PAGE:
better to leave the Measure Y problem-solving positions open than to
have the patrol division be understaffed.

Kozicki’s argument is convincing. But it also points to the
shortcomings of Measure Y. In fact, the whole concept of “community
policing” envisioned by the measure is wrongheaded — and police
brass deserves credit for making it a low priority. Under Measure Y,
every one of the city’s 57 police beats gets its own problem-solving
officer, regardless of how many actual crime problems an individual
beat has. Consequently, some of the toughest neighborhoods of East and
West Oakland get the same number of problem-solving cops as Montclair
and Rockridge.

That’s a ridiculous waste of taxpayer funds, and it’s a stupid way
to run a police department. There is no good reason for why each
section of the Oakland hills needs its own veteran officer, especially
when violent crime has left entire swaths of the city’s flatlands under
siege. It’s also absurd to deploy experienced cops in relatively safe
neighborhoods when the city’s police department can’t solve violent
crimes. As this newspaper has noted, Oakland has the worst record for
solving violent crimes, particularly murder cases, of any large city in
California (see “Arrests Are Down, and Crime Is Up,” 12/3/08).

As for Sacks’ arguments, they may be technically correct under a
narrow reading of the law, but they’re not good for Oakland. Her suit
either will worsen the city’s already dire financial problems or force
inexperienced cops into jobs they’re not ready to handle. Moreover, her
suit ignores the fact that the goal of Measure Y has now been
fulfilled. Every little section of the city now has its own
problem-solving officer — whether it actually needs them or not.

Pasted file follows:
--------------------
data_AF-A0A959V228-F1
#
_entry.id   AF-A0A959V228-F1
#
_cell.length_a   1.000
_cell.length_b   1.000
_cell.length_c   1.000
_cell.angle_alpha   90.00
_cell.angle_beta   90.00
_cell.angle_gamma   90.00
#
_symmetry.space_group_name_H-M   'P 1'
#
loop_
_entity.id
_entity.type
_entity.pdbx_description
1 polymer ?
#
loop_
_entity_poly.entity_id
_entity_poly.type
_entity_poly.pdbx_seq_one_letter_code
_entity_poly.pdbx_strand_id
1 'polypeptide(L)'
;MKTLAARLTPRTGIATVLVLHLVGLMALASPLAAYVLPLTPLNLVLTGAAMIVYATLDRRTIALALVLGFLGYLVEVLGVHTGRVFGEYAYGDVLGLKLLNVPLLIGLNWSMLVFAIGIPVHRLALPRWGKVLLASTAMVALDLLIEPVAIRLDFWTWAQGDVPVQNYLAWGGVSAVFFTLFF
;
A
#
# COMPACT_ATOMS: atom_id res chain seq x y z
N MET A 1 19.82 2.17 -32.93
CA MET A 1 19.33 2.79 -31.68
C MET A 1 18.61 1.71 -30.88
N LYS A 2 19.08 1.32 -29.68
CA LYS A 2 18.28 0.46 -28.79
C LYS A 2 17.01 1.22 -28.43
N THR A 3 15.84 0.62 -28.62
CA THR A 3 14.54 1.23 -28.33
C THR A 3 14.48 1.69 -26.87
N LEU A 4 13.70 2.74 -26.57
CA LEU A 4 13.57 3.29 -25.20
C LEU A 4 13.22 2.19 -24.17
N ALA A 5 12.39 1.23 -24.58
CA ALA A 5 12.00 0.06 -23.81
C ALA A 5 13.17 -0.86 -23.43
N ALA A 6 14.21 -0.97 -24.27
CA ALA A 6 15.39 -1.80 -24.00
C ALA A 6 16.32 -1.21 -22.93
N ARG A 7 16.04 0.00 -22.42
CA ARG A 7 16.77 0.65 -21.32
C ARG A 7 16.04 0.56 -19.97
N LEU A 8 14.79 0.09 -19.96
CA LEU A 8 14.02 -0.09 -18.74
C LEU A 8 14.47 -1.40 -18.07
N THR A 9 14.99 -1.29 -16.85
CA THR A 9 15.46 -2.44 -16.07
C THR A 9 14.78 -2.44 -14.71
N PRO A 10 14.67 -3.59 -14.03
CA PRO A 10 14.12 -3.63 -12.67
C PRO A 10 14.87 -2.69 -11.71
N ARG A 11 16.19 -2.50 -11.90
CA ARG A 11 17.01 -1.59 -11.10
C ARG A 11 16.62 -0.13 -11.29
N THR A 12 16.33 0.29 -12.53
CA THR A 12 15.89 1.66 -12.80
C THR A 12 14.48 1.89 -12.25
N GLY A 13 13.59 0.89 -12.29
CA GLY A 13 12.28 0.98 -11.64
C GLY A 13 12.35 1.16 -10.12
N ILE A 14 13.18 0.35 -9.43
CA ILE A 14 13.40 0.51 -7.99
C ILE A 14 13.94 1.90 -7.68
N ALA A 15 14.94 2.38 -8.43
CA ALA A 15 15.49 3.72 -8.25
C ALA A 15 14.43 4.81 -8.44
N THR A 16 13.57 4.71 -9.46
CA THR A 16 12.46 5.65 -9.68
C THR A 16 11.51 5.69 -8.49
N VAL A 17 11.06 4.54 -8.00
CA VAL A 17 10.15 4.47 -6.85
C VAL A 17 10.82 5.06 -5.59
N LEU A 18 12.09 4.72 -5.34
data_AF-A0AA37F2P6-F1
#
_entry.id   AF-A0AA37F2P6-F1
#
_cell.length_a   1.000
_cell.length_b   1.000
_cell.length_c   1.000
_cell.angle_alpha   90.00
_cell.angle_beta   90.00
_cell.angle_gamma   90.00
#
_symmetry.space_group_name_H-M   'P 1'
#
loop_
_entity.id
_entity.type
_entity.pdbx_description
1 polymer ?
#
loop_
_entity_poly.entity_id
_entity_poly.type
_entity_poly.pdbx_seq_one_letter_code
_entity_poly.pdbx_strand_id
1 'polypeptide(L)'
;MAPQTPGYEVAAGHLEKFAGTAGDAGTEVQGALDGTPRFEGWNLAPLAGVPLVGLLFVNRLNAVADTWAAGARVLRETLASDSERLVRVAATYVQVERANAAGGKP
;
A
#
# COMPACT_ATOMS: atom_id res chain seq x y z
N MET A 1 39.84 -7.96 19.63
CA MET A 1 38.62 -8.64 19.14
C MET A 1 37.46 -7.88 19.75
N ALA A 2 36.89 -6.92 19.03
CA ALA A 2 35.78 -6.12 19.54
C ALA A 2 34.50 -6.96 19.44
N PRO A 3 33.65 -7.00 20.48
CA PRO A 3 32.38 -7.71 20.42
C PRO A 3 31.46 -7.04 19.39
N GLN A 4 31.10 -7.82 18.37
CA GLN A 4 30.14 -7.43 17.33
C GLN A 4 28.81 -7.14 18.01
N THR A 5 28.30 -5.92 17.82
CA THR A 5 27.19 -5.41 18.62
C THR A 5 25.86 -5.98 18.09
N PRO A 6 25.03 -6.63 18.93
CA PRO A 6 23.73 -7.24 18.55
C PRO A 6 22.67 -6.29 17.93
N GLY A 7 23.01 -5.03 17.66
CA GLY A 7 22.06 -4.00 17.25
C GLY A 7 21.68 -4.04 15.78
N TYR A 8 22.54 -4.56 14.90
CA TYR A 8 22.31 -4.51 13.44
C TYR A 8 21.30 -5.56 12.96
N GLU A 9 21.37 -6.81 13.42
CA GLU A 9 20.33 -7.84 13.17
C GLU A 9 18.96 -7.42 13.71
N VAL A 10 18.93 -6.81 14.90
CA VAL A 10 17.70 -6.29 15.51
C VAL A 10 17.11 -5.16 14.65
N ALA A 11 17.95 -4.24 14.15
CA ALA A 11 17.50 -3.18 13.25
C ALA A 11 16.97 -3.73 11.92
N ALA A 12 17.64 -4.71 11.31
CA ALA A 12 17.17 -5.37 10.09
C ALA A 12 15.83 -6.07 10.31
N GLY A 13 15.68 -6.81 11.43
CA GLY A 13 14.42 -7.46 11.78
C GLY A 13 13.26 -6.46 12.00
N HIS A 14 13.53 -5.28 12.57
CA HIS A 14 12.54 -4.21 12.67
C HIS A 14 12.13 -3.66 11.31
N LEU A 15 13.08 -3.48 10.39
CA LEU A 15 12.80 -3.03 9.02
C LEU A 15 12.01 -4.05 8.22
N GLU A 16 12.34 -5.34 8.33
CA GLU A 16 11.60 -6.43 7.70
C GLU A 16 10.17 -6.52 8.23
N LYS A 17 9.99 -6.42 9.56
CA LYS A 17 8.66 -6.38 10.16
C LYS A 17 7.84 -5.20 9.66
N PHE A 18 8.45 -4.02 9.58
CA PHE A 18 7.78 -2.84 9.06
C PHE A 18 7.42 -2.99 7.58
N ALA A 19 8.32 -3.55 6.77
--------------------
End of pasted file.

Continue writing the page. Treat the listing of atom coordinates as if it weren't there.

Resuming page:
As for Roesch’s final decision, it doesn’t really matter whether he
sides with Sacks or Russo. Either way, Measure Y should be rewritten
and put back in front of voters. Even if the judge agrees with Russo
and dismisses Sacks’ lawsuit, we’re still stuck with a
community-policing plan that benefits the wealthy at the expense of
those who have to cope with the ravages of crime every day.

When it comes down to it, Measure Y is just another example of how
not to legislate from the ballot box. Liberals and progressives in this
city simply have to get over their hang-ups about police. Cops are not
the bad guys; we desperately need more of them. At the same time, those
well-meaning busy bodies in the hills who have too much time on their
hands have to come to grips with the fact that their city can’t afford
to give them their own personal “problem solvers” when the rest of
Oakland is on fire.

What this city really needs is a new tax measure to replace Measure
Y. This time, it should pay for the 63 officers — or preferably
more — with no strings attached. Let’s let the police department
experts decide how to deploy them. Hopefully, they’ll transfer those
problem-solving officers out of the hills and into the woefully
understaffed crime investigation unit. But if they don’t and violent
crime remains high, then the answer is to demand that they be replaced
— not pass another badly written law.